A hundred miles north of the King George Island on our homeward run there’s no question that we’re back in the Drake. The deck is pitching enough to make walking anywhere a somewhat statistical matter, and anything that could roll, tip or slide when it really gets rough is already battened down. Even so, the ship is alive with sound and motion: office chairs squeak and spin in slow unison, as dangling coats and cables sway to the rhythm. Cabinets creak with every change, and the forward corridor on main deck whistles hauntingly with a wind from somewhere whenever the starboard slips into a trough.
Of course, “rough” is relative. Seas right now are around 2 meters, with winds gusting around 25 knots. Last year’s AMLR Tilt-a-Whirl, I think, saw stuff more than twice that. But I’m not taking any chances: having learned my lesson about not getting on the back side of the nausea curve, I started my meds early, and am going to keep on them until we’re snug back along the coast of Tierra del Fuego.
Meanwhile, life aboard continues. With no impending krill tows, the zoolab folks have retired from their microscopes in favor of a midnight movie up in the 02 Lounge. The darts tournament never made it past the first round, but apparently a rampaging cribbage tourney has sprung up in its place. And a small but ardent community of T25 acolytes have been baptized.
Yeah, I don’t think I’ve mentioned T25 before, have I? It’s a series of exercise videos, 25 minutes each, led by Shawn T and his supporting cast of sweaty hardbodies. There’s a calendar, and each day in the week has a theme: Speed 3.0, Ripped, Extreme Circuit and the like. It’s become sort of a thing, I guess, here on the ship.
I remember years ago, long before I had any actual notion of life at the South Pole, hearing about some winterovers who began obsessing over a VHS movie they had. Catch phrases and increasingly-trivial memes from the film entered the station vernacular to the point where, when the first plane made it down to crack things open in spring, none of the newcomers could understand a word the winterovers were saying: the Polies had developed an almost complete language and culture born from the minutiae of their well-worn tape.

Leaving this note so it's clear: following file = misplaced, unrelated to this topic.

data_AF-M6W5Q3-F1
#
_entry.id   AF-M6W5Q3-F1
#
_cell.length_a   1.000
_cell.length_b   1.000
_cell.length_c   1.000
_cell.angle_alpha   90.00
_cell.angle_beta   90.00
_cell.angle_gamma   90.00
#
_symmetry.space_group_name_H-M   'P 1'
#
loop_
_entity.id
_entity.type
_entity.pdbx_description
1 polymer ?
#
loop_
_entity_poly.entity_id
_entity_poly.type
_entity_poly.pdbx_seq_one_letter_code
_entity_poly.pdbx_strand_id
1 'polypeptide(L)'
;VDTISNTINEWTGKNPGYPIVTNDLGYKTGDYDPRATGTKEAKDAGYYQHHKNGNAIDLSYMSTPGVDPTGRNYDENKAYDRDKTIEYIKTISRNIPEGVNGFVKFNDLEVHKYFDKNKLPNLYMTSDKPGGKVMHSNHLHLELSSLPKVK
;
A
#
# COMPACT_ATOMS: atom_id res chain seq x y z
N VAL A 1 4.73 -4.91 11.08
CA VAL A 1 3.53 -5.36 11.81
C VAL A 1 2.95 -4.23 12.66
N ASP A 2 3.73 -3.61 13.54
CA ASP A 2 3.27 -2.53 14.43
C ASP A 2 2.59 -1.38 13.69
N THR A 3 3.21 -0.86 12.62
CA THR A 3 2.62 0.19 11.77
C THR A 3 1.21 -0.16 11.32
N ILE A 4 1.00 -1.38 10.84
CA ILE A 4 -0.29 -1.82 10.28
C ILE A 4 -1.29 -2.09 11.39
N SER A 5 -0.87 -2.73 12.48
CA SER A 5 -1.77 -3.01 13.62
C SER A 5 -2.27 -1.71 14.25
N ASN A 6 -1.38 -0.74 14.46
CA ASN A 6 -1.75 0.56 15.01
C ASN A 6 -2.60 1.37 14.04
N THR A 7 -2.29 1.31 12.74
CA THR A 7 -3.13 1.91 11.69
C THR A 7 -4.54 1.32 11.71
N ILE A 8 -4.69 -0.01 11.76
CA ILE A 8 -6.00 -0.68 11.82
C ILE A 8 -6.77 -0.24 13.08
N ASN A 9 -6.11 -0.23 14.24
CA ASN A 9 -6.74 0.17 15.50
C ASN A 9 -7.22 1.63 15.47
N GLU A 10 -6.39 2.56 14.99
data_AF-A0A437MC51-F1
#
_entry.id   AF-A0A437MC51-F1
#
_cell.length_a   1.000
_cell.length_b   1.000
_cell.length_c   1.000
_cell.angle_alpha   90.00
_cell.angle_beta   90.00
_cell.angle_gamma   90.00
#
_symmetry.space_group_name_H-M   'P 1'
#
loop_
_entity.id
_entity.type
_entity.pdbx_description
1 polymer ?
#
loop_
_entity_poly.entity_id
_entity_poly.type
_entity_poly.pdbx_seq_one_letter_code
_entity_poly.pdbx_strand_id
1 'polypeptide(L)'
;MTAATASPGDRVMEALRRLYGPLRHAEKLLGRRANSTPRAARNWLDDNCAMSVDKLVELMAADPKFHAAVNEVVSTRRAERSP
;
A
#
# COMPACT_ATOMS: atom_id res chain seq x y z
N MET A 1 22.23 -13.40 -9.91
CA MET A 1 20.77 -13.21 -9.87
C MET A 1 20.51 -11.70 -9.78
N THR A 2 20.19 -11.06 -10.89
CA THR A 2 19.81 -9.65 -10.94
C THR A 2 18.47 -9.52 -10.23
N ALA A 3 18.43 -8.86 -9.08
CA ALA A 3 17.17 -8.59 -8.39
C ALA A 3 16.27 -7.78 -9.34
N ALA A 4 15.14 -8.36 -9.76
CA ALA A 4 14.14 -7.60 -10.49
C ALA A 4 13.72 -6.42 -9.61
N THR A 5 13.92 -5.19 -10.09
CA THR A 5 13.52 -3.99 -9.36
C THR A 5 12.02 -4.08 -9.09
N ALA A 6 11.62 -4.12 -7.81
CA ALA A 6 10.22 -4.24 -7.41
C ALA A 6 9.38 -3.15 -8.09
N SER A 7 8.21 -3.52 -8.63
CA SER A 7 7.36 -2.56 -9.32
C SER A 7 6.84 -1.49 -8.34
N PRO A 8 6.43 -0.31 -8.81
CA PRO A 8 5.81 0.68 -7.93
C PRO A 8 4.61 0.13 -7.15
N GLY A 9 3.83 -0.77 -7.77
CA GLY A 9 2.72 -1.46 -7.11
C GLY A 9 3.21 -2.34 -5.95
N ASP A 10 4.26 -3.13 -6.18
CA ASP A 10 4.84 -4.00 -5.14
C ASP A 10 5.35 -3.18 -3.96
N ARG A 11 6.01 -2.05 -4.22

I can understand that now. I mean, we’ve got internet and regular phone calls home, and we’ve only been on the ship for three weeks. But we’re already at the point where people will enter the mess, stare down fellow T25’ers and say (in Shawn T’s over-pumped opening voice) “This is midrats 25. Your focus begins (3..2..1..) now.” Add things like science fish, and scratch and sniff biographies, and no one from the outside would have any idea what half of us are talking about over lunch.
Of course, actually *doing* the workouts in these conditions is a study in compromises. Those single leg deadlifts, balancing on one foot? Good luck. Even jumping jacks are futile when the floor never in the same place you left it on the way up. But it’s a good excuse to get out of bed, and – for indoor house pets like me – it gets the blood running. Then again, in these conditions, so does simply making it across the deck…
My dear David, Again, a million thanks for your call. So wonderful to hear your voice and be able to ask questions and get answers in real time!
Good luck crossing the Drakes. I am counting the days and hope that bumps in the road are tolerable and you don’t all feel the way many pregnant women feel for 3 months.
With love and thanks,